I have been meaning to post about this for a while, and since I have talked to a few interested people lately, I think now is a good time. One of the biggest downsides to getting an Xbox over some other modern systems is that it does not come with built-in wireless. This is fine, since I think most people have their router next to their television or, at the very least, are able to drop in an ethernet port. But, as you can imagine from the title of this post, I do not fall into either of these groups. I did a little research, and found good news: there is a wireless card for the Xbox. WIN! And then, I realized that the price tag on this little encapsulation of 1999 technology was $80! ULTRA FAIL!
Now I am not a notoriously cheap person, but I do have a small problem with this ridiculous price tag for what is undoubtably a cheap chip beneath the surface. So I set out to find a alternative; but not just any alternative, I wanted the cheapest alternative possible.
The obvious option is a wireless bridge. These tiny devices connect to your wireless router as a client and then bridge the connection to an ethernet port into which you can plug any device. And the good news is that these things only cost about $50. Getting warmer, but not quite there yet. After a little searching, I found yet another device. Linksys WMB54G “music bridge.” This thing is great. It is cheap (about $30 from the Amazon vendor that I got it from), and it can function as a wireless bridge. However, when I got it I realized that setup is a little difficult, particularly if you aren’t interested in running their P.O.S. setup program that will only run on windows.
All you’ll need to get this running is any computer and the contents of from the box. Don’t be afraid to try anything, if you end up screwing up your device so you cannot communicate with it, just hit the reset button and start over.
- First, unbox everything and plug in the WMB54G. Plug the ethernet cable into the adapter and directly into the ethernet port on your computer.
- While it boots (it is slower than hell), open up the wireless settings on your computer and change your
ethernet connection settings to “Static” and assign the following IP addresses:
IP Address: 192.168.1.120 Subnet mask: 255.255.255.0 Router ("gateway" on Windows): 192.168.1.100
You don’t need to worry about any DNS settings since we aren’t going to need an external connection during setup.
- Open your favorite browser and navigate to 192.168.1.210. This will bring up the web configuration utility for the bridge.
- Don’t do anything with the LAN settings at this point. Use the “search” button to find your wireless network information, and enter your wireless key. I had trouble getting it to work with WEP for some reason (shoot be an email if it works for you and I will update this post). Once I changed my network over to WPA it worked great. Also, don’t get confused if you see “PSK” for security type - they mean WPA.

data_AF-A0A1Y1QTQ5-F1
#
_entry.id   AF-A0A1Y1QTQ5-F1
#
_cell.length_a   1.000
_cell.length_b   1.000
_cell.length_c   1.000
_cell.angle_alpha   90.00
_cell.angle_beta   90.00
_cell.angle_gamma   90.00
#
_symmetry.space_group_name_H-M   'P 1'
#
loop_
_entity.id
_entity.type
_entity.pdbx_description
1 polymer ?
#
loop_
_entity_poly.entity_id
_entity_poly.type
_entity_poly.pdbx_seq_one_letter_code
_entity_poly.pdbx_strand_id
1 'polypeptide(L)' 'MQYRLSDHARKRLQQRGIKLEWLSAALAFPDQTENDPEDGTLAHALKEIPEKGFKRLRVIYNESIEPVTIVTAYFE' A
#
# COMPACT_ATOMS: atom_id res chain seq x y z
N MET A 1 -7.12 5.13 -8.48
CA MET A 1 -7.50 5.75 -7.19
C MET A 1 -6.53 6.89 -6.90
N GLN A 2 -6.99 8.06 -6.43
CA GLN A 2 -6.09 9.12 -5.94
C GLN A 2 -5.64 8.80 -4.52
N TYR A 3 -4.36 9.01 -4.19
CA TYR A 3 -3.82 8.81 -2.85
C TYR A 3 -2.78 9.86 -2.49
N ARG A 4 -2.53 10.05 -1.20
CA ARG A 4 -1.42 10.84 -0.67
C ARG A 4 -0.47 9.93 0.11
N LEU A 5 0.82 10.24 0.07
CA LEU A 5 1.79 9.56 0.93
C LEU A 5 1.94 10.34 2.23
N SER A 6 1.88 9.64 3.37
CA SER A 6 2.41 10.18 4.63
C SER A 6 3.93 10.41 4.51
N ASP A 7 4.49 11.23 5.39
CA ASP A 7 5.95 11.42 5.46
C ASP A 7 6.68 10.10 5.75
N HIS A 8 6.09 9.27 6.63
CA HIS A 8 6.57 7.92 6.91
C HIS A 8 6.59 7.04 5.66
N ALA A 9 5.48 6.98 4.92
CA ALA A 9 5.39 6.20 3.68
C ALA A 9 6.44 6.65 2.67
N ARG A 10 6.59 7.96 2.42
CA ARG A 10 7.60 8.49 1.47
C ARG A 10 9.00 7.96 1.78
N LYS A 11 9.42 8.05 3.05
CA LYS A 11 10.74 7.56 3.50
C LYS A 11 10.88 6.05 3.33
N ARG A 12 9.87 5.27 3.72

- Once your wireless information is all entered correctly, click “Apply” at the bottom. Go get yourself a cold one while it reboots - you are almost done.
- Next, you are going to want to set a custom password for the admin utility. Do this in the “Password” tab (pat on the back if you guessed that), and then click “Apply” to save. You will need to re-authenticate once the device reboots if you change the password.
- Once it has rebooted, you can enter your LAN information. For 99% of you, leave it as “Automatic Configuration - DHCP.” If you have a manually configured network enter your settings. Click “Apply,” and wait again while it reboots.
- Once it is rebooted, you will just want to test that everything is working. Change your ethernet settings on your computer back to their original settings (and disable your wireless adapter if you have one) and test that the connection works. You should be able to access the internet just like usual. If your computer cannot connect, neither will your Xbox be able to connect. Note: you may need to refresh or “repair” your network connection on your computer so it can get a new IP address.
One last note: if your router supports Static DHCP, I would recommend making an entry for the MAC address of the WMB54G so you can easily access the admin in the future (it is printed on the bottom). If your router does not support this, you will need to log in to the router and try to figure out what address has been assigned to the WMB54G if you ever want to edit the settings again.
Hope that this helps some people! Let me know if there is anything on here that I can clarify!